Adventures in Cutting Mats

caring for a cutting mat | Cloth Habit

Over the last month I’ve been in a mood to upgrade and tend to my sewing tools. I acquired some new marking tools, sharpened my shears, cleaned and oiled my sewing machines, and biggest of all, DIY-ed a proper cutting height table from an old dining table top. That last one has been a life-saver!

While I was at it, I had a good look at my rotary cutting situation. I’m not a big rotary cutter user. I love my shears and always feel like I have so much more cutting control with them, especially when going around tight curves. However, there are times when a rotary cutter comes in handy, especially when I’m cutting lace, or more recently, five yards of silk bias binding.

I kept feeling like I was missing out on some big secret because my cutter never seemed to cut all the way through fabrics. It did not matter if I had a new blade or a more expensive blade. Any time I used it I’d have to run back through the pattern piece with my scissors to cut any bits the rotary skipped.

After awhile I began to think the problem might be my cutting mat.

I had two large Olfa green cutting self-healing mats that I could piece together for one large mat if needed. I liked that because it made for easier storage, but my new cutting table allows me have a “full-time” cutting mat!

While wading through the many choices in cutting mats, I came across a few interesting discoveries but I wanted more technical information on mat types. I wrote Mike Barnette, owner of, a big online shop devoted to drafting and cutting tools. I figured that might be the place to get the lowdown!

Self-Healing Mats

Most of us are familiar with “self-healing” mats but did you know these mats don’t technically heal? The scratches remain but close back up by virtue of the surface being softer.

Mike told me, “Most self healing mats have a hard plastic core with layers of other plastic materials.” Usually the top and bottom surface is a softer vinyl layer. “When the knife blade is removed from the cut, the vinyl layer appears to ‘heal’ itself.”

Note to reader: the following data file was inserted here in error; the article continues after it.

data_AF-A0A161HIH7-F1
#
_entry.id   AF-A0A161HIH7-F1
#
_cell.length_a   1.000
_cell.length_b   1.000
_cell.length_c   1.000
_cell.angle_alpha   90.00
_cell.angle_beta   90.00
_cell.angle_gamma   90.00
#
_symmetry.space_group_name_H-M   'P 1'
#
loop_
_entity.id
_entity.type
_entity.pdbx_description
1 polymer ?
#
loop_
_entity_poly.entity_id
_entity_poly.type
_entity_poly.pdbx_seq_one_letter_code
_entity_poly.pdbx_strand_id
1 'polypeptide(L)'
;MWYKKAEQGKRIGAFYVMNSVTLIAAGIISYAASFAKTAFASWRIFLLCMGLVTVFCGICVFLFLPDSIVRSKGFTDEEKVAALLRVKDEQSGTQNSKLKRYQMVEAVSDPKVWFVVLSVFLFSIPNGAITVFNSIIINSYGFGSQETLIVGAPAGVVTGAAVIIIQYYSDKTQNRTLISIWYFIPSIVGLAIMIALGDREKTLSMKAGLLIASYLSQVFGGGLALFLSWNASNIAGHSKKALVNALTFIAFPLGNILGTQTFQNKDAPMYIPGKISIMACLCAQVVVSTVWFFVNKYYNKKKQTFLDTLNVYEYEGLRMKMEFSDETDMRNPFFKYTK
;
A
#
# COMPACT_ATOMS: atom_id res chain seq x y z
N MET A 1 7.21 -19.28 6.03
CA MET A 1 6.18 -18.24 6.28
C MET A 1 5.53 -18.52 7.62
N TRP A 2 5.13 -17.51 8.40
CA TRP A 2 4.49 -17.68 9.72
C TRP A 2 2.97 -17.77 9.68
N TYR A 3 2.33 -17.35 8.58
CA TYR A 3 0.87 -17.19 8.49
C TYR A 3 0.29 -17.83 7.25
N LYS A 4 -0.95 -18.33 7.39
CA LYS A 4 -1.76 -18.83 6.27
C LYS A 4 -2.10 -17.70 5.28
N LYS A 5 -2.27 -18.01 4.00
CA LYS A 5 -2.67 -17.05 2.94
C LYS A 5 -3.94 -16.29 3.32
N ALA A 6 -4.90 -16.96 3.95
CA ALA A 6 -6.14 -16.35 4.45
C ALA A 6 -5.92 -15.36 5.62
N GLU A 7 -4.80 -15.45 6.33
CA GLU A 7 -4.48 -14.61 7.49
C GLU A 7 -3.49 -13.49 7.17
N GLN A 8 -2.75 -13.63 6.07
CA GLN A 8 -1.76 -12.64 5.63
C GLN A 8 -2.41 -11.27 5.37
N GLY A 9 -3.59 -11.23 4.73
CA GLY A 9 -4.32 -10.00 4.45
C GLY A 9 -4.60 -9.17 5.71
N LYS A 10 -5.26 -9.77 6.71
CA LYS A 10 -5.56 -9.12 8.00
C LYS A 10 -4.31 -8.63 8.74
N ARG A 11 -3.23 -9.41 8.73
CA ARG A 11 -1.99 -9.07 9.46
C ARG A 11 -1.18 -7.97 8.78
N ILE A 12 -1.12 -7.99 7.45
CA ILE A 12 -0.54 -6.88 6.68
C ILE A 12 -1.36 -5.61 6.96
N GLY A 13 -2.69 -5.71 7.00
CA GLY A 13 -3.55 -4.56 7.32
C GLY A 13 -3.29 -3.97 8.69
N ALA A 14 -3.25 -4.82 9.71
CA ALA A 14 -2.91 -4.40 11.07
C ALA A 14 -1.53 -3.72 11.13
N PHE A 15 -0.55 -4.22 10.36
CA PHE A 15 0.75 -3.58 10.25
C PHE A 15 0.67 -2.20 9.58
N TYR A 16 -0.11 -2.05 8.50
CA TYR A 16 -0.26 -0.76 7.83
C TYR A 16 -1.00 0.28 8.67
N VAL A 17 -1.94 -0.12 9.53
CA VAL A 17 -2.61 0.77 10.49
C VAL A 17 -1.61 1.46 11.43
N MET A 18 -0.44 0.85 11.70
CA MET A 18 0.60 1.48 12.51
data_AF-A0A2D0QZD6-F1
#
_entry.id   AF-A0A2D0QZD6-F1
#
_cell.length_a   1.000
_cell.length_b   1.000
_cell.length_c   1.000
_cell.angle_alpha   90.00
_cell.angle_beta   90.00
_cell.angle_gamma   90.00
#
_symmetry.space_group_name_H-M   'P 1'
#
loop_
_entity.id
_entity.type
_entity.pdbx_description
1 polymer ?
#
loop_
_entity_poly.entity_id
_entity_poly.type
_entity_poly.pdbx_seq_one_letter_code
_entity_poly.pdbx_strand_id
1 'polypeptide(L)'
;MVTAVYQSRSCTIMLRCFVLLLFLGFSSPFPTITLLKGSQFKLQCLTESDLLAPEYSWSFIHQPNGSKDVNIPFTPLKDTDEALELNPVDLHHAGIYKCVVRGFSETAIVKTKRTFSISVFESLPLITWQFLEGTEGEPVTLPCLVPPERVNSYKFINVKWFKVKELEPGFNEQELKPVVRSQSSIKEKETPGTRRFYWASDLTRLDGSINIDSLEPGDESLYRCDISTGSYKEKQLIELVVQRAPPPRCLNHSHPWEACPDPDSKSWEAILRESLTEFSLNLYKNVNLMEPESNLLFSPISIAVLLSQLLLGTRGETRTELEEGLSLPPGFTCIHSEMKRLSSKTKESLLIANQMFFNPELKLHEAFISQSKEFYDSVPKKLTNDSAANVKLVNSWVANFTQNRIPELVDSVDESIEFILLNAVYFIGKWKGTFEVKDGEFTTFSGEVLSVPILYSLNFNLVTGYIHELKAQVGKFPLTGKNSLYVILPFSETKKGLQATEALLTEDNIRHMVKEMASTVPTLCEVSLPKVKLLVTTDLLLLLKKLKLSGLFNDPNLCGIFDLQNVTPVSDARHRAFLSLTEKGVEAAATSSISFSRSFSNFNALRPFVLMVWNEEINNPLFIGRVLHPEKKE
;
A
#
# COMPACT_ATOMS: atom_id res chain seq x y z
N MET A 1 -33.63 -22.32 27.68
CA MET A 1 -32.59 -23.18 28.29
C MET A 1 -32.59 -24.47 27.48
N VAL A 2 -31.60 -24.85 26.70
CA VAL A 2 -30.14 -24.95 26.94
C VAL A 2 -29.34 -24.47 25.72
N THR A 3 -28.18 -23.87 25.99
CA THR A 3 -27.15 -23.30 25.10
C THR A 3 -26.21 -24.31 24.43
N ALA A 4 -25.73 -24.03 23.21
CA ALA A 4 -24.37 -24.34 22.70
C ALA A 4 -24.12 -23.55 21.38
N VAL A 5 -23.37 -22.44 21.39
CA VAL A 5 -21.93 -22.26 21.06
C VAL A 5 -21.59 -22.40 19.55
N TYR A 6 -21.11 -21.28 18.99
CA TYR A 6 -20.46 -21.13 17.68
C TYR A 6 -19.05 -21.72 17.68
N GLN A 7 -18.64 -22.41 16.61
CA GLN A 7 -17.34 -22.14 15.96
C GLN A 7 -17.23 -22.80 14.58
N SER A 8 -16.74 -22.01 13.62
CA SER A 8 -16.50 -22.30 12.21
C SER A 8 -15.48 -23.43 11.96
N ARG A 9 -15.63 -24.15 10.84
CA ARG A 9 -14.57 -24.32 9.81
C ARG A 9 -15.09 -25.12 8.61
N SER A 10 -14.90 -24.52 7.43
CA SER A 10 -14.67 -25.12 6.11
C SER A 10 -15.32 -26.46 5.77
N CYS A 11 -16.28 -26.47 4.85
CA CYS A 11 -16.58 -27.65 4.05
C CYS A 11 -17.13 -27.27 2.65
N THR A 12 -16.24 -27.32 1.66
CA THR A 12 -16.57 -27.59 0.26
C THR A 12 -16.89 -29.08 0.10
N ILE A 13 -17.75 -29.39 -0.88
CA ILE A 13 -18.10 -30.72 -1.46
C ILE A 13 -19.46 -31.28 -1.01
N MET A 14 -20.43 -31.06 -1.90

Among self-healing mats, there are various qualities and thicknesses. For instance, most Olfa mats advertised for rotary cutting are 1.5mm thick. These are the standard type you find in craft stores. Olfa also makes a more “professional quality” self-healing mat that is 3mm thick. Thicker means longer-lasting and Mike advised me to pay attention to the thickness above all else. If you are a crafter or sewist that uses a mat daily, you may want to look into a mat that is thicker than the typical 1.5mm hobby mats.

Solid Plastic Mats

A step up from the self-healing mats are those made from solid plastic instead of multiple plies of poly material.

According to Mike, these “hard surface” mats are made from solid polyethylene plastic (they do not have a vinyl surface). He says that these mats can have some self-healing properties, although they are not advertised as such.

Prolonging a Mat’s Life

Most importantly, I learned that all mats have a lifespan (just like needles and pins–we all change those, right?) and eventually lose their cutting mojo. According to Mike, “many variables affect a mat’s lifespan, including type of material being cut, type of knife used, sharpness of cutting blade, cutting pressure by user, or how often mat is rotated during repetitive cuts.”

His top piece of advice? “ALWAYS change your blade often. It makes no sense to pay $100-300 for a cutting mat and not change a $3 blade.”

To preserve the lifespan of a mat it’s important to:

  • Change blades often.
  • Rotate the mat regularly.
  • Clean regularly with warm soapy water. (I also find a lint roller useful, which helps pick up “invisible” fibers.)